Staunton Vindicator: January 14, 1870Go To Page : 1 | 2 | 3 | 4 |
(Column 01)Summary: The paper reports on the activities of local banks and denounces the stockholders for raising bank employee salaries to unreasonably high levels.
Full Text of Article:
We felt it our duty, last week, to call attention to the operation of National Banks in the South, and regret that circumstances force us to continue the subject in this issue and that a little nearer home.
The meeting of Stockholders of the National Banks here were advertised to be held on Tuesday last, at which time Boards of Directors were to be elected. The National Valley held its meetings and re-elected the old Board of Directors. The First National failed to hold its meeting of Stockholders, because the proxies of about 40 per cent of the whole stock were sent to the Bank and filled with the cashier's name. The U. S. Banking Law positively prohibits any officer from acting as proxy, and hence no quorum being present, the necessity of adjourning the meeting till February 17th, notice of which was ordered to be published.
Before this meeting of the Stockholders was to be held, a meeting of the Directors took place, and the salary of the casheir was raised from $2,500 to $3,000, just 6 per cent on one half the capital stock of the Bank.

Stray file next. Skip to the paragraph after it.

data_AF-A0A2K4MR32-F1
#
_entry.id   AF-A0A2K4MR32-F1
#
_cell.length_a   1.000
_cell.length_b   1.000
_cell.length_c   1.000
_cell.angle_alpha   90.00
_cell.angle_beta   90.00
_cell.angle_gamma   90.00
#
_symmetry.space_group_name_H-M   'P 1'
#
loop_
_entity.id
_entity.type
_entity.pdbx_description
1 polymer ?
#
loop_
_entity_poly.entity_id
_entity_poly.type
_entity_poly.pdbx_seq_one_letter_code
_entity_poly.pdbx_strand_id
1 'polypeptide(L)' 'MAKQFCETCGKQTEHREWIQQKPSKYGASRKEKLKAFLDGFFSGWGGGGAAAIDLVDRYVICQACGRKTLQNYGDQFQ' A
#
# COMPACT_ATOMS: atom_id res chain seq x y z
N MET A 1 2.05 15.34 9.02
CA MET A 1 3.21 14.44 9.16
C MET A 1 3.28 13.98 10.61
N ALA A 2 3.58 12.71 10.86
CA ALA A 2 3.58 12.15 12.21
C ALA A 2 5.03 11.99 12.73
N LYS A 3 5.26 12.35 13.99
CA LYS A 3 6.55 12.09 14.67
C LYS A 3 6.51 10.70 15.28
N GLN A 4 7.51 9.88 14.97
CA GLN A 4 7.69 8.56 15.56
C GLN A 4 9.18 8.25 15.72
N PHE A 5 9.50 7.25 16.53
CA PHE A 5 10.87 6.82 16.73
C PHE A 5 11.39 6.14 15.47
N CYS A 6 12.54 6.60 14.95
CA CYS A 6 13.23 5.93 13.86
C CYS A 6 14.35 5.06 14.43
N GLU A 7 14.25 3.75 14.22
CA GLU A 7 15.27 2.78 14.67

Considering that the capital stock of our Banks are the same, and that the Deposites at the First National average from $100,000 to $110,000, while those of the National Valley average from $130,000 to $140,000 and that the cashier's salary of the latter is only $1,800, with no effort made to increase the same, it seems strange that the Directors of the First National should increase their cashier's salary to $3,000--Were they aware that the cashier held proxies representing 40 per cent of the whole stock of the Bank, and that, if they failed to increase his salary, he had it in his power to re-organize the Board to suit himself? Whether they were intimidated or not, they have, by increasing the cashier's salary to $3,000, virtually said to him, "you have made us large profits during the past year off of the necessities of our patrons and we give you $500 more as an inducement to fleece them to a greater extent than heretofore. The people in this locality are in an extremity and will need much assistance during the next year, see to it that you shave--aye slice them in proportion." In this and in no other light can we view your action, Messrs. Directors. Are you entirely oblivious of the circumstances which surround you? Do you forget that the very existence of your Bank depends upon the will of the public? If they refuse to deposite their funds in your hands, for fear that you will use them to skin their neighbors, or will not offer to borrow for fear you will extort, as the unprecedented increase of your cashier's salary, on account of the large profits he has made out of the patrons of your Bank, seems to warn them, will you not cease to be able to pay even the salaries of officers, much less derive a dividend? Indeed, may not your Bank from that cause be compelled to cease operation entirely? Then we hope you will consider this matter and place yourselves and your Bank square before the public--make it promise a benefit to community, instead of holding over our heads the threat of extortion, which your late action forces as the only conclusion upon one and all.